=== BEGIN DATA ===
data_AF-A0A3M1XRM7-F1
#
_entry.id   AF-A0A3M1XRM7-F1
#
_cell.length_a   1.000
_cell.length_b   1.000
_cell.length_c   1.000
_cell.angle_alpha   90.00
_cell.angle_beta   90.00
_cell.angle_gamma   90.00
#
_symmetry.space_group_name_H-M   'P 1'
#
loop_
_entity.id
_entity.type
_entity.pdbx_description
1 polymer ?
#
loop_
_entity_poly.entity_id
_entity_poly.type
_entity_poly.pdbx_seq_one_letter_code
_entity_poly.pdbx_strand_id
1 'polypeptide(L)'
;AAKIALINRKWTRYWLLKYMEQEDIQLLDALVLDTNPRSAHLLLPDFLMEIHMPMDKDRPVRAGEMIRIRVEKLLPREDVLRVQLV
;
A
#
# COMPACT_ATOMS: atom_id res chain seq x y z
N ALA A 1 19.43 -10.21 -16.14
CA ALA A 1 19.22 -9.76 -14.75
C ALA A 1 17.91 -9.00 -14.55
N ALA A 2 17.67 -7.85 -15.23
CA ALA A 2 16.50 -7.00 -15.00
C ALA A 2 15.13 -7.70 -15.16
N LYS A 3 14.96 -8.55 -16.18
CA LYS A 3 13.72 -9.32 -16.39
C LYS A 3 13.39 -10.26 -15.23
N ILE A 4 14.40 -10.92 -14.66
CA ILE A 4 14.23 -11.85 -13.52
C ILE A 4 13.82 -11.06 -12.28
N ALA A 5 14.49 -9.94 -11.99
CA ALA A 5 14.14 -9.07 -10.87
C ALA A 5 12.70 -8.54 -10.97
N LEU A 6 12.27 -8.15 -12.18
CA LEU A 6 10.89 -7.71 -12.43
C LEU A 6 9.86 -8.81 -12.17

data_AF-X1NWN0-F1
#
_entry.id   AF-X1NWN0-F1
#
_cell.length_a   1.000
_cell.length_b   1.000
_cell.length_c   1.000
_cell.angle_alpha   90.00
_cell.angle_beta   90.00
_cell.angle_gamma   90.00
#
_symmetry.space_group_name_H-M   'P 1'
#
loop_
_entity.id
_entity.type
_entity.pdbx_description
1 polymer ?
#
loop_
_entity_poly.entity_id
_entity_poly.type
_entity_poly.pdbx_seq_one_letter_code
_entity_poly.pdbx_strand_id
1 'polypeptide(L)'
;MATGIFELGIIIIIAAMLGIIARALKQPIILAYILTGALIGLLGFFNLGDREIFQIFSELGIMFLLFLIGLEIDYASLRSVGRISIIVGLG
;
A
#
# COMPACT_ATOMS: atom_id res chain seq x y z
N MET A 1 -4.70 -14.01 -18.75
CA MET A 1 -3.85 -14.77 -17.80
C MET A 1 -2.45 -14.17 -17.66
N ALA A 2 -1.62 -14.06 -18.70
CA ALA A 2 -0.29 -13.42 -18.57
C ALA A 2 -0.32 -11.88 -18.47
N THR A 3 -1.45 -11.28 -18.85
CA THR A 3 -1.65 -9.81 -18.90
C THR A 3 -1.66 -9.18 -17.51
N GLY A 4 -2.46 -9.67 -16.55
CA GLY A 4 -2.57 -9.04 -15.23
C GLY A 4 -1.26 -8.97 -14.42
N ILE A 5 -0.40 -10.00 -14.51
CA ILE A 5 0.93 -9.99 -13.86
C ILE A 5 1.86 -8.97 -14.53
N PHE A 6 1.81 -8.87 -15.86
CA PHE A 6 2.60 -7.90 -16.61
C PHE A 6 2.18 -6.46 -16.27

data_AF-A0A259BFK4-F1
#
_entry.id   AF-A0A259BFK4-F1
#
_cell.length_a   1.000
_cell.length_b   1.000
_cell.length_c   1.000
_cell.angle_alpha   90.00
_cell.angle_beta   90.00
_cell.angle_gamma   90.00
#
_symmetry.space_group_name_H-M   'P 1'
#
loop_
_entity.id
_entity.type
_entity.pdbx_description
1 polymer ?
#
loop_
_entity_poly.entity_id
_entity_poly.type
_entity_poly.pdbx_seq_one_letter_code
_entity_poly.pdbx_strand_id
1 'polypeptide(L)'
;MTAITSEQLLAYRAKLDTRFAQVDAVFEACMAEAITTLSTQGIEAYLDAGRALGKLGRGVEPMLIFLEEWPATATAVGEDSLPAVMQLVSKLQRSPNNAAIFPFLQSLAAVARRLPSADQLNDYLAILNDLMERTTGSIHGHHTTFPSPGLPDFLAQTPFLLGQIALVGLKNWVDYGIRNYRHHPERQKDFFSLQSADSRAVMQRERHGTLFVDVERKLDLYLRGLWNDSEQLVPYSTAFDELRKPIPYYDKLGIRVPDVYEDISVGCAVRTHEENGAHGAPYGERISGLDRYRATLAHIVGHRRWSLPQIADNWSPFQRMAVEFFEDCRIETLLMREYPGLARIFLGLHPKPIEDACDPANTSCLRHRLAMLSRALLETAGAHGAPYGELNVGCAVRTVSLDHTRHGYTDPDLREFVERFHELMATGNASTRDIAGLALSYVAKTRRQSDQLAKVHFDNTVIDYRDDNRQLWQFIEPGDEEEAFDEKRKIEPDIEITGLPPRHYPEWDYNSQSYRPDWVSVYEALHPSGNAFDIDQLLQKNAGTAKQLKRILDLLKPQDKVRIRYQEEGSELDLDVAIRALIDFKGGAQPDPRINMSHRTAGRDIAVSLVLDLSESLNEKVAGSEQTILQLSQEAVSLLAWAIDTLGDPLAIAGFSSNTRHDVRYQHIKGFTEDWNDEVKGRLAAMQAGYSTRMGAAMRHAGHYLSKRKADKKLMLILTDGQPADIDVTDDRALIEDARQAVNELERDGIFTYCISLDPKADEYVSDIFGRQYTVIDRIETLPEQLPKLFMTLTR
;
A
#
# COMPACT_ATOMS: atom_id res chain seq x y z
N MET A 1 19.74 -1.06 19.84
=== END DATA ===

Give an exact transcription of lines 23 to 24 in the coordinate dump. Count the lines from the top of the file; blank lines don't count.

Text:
_entity_poly.pdbx_seq_one_letter_code
_entity_poly.pdbx_strand_id